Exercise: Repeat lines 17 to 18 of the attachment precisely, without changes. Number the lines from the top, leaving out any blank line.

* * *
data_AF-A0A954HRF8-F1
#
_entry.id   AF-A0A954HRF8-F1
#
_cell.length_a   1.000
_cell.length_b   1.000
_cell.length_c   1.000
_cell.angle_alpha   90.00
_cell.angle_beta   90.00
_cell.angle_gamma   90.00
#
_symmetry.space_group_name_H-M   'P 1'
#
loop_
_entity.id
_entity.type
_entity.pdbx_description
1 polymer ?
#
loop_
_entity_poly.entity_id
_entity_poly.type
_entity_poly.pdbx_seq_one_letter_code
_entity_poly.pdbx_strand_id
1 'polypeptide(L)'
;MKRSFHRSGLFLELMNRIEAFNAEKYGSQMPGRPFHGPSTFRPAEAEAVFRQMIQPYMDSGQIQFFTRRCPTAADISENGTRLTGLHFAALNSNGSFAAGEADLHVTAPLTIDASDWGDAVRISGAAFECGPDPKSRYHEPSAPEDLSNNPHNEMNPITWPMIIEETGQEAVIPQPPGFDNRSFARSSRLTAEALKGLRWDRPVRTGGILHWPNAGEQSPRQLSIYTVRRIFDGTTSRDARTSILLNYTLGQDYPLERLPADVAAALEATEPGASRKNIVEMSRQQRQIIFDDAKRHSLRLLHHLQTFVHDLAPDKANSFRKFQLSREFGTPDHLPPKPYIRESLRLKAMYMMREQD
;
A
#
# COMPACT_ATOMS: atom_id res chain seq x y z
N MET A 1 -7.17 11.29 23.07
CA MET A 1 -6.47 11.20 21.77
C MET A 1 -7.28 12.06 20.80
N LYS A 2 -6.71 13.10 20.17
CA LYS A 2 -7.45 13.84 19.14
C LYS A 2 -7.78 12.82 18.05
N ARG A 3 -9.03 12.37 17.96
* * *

_entity.pdbx_description
1 polymer ?